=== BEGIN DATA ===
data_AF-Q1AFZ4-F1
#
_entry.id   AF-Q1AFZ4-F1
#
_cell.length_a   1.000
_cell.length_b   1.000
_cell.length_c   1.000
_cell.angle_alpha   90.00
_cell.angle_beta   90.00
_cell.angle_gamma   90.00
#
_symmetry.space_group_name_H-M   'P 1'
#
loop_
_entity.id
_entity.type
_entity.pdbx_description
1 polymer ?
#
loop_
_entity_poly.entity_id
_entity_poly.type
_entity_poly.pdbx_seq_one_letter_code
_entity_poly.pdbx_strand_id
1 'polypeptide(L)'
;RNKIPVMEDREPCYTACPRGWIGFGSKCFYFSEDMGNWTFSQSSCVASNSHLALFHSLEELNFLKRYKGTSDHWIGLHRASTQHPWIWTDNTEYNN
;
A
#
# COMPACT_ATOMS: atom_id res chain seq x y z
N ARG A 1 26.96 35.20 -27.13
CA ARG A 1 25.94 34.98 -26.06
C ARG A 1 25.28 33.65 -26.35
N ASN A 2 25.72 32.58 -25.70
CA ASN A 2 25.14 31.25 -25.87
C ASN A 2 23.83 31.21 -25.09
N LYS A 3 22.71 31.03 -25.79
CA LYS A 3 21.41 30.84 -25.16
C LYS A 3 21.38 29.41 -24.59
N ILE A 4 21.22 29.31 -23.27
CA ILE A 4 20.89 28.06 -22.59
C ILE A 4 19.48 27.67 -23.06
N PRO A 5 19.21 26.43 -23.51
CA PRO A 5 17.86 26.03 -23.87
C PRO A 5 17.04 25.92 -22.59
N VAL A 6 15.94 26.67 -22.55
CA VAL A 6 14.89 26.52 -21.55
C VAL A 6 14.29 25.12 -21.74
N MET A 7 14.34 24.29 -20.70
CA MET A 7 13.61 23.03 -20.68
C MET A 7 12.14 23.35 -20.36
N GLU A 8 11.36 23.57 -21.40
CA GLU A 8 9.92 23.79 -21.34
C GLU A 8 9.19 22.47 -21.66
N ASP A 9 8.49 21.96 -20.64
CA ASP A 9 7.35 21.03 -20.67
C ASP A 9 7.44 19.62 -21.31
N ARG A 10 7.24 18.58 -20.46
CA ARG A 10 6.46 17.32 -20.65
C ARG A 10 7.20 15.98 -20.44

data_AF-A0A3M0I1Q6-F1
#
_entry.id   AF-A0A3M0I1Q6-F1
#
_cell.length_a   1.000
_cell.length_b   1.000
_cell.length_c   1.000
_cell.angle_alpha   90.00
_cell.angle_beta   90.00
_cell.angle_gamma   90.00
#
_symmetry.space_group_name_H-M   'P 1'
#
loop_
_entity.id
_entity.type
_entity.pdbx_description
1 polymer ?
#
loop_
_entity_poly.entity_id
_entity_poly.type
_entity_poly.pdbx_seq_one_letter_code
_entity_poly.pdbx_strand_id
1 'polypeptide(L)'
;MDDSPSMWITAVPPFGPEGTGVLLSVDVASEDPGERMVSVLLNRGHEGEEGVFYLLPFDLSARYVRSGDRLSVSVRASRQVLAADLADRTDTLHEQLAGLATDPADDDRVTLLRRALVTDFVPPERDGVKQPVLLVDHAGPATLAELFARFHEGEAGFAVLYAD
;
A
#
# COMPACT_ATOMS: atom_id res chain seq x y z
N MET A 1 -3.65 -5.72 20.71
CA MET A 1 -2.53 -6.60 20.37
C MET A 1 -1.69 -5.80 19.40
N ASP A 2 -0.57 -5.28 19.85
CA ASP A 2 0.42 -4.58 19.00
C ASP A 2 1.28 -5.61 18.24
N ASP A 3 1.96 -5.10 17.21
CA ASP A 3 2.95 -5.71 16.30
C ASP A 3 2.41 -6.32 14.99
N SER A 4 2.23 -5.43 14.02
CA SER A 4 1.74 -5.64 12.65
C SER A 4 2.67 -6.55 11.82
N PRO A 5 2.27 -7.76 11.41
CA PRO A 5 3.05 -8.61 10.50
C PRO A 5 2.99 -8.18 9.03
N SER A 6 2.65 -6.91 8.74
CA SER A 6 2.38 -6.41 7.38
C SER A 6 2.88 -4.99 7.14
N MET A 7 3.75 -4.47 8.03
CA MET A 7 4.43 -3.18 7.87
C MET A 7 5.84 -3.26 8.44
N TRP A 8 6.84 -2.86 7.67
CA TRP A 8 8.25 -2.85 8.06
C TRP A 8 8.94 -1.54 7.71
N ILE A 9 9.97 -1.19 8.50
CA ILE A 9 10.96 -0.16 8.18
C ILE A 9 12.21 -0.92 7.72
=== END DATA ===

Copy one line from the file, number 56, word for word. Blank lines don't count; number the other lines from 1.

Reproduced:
CA ASP A 9 7.35 21.03 -20.67